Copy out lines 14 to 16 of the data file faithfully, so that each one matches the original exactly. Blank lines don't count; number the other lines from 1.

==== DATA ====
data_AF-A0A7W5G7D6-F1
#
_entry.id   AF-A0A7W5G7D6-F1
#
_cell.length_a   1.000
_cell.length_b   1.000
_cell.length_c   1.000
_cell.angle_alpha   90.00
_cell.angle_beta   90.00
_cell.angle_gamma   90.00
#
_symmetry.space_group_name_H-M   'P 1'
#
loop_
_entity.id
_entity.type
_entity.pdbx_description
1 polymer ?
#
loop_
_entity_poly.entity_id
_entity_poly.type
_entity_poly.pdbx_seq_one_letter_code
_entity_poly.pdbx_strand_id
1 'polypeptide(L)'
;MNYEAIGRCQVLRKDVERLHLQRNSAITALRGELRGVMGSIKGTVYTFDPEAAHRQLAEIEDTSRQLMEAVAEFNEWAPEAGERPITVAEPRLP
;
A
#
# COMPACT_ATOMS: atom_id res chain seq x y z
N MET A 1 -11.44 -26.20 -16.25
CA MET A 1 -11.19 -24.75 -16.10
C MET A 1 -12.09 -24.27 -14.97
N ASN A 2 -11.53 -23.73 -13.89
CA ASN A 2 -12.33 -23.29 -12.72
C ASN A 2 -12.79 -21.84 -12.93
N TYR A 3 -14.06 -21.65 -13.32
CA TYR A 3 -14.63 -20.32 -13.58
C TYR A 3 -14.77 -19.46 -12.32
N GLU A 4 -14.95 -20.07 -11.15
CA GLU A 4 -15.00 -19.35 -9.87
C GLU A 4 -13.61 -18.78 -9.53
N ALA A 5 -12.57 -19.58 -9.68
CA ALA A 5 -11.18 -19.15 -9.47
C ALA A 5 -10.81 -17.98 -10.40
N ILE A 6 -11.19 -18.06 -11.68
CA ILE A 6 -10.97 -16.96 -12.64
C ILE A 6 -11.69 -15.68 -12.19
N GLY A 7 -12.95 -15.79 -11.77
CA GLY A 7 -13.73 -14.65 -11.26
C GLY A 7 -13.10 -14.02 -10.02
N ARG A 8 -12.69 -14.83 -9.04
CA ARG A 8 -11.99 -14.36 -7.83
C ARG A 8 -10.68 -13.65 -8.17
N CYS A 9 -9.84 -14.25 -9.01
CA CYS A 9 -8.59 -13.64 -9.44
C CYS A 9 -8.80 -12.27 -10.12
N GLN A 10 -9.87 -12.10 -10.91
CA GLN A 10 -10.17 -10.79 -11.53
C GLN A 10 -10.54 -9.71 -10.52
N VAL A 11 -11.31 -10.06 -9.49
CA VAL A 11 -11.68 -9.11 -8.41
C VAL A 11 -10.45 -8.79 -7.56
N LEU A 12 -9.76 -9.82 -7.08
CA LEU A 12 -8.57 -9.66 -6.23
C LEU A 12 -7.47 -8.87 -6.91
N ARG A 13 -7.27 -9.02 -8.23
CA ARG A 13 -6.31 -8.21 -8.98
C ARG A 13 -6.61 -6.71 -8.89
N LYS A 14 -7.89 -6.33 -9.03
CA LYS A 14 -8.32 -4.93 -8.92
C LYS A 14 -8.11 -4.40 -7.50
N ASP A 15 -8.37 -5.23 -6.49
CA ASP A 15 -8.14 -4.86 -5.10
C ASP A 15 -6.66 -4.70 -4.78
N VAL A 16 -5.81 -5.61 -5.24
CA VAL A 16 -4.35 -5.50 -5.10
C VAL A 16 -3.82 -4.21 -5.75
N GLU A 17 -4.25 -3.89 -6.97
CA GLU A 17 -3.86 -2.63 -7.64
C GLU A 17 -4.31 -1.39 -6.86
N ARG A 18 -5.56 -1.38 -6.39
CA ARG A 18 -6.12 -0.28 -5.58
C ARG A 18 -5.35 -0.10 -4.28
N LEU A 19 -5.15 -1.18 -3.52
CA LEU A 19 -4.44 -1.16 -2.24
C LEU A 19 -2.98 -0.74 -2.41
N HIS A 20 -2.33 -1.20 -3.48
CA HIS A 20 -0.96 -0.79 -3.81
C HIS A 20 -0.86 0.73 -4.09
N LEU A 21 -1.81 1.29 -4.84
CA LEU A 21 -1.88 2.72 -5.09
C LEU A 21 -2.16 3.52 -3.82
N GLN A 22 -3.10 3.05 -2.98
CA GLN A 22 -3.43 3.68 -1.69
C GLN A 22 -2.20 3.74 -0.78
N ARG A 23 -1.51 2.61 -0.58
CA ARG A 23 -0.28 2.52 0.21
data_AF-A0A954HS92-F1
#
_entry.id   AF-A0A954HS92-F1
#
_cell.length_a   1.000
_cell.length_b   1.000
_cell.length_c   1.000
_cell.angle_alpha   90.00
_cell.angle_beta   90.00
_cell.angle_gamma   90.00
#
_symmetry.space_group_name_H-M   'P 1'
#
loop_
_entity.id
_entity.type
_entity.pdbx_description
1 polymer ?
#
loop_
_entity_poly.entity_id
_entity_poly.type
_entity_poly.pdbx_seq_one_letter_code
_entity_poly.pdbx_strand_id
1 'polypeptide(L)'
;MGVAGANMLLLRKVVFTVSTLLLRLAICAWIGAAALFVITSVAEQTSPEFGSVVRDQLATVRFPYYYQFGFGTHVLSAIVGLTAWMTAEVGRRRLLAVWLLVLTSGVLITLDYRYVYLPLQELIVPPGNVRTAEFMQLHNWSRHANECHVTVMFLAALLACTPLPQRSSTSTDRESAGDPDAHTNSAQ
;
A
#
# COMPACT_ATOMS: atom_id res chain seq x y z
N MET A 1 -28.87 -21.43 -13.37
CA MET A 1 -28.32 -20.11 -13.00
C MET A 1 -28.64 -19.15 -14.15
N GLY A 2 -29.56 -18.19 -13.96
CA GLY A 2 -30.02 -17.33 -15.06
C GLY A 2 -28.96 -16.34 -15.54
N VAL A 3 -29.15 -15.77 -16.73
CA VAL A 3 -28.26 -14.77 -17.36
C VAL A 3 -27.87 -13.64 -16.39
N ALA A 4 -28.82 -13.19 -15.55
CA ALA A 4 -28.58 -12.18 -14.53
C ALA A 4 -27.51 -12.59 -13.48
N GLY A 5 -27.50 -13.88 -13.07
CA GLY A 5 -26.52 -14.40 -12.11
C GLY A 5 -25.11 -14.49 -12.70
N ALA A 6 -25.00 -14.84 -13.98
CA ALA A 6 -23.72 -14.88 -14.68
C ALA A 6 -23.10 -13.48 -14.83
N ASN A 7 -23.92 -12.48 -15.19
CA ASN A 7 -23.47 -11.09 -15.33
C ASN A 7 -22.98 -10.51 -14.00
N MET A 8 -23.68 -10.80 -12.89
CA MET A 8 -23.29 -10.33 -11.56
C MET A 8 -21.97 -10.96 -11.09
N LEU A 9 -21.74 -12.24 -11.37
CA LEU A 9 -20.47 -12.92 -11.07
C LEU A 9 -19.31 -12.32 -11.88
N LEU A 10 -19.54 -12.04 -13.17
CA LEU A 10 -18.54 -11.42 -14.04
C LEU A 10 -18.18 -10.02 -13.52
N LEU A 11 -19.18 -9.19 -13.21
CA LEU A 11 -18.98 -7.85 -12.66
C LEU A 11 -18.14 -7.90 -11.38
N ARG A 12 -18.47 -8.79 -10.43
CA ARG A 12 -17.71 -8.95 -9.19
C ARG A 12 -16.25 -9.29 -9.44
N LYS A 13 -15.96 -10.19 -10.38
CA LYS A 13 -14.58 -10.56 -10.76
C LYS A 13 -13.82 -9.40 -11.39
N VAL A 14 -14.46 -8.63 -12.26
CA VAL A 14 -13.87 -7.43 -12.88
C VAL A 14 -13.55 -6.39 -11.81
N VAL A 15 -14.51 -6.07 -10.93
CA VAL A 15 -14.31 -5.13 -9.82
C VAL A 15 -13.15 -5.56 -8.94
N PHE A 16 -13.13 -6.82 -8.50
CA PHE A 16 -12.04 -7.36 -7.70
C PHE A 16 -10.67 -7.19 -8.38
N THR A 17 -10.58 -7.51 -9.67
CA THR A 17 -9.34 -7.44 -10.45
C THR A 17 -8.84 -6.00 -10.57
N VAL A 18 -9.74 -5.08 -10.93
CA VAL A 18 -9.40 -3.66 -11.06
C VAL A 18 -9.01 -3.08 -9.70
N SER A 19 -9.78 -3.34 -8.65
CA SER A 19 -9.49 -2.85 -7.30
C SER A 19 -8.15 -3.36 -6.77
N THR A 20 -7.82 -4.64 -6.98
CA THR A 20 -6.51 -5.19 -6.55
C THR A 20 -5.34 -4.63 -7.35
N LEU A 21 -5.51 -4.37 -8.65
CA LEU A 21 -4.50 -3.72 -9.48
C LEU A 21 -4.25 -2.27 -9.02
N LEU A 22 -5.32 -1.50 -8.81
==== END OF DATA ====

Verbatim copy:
loop_
_entity.id
_entity.type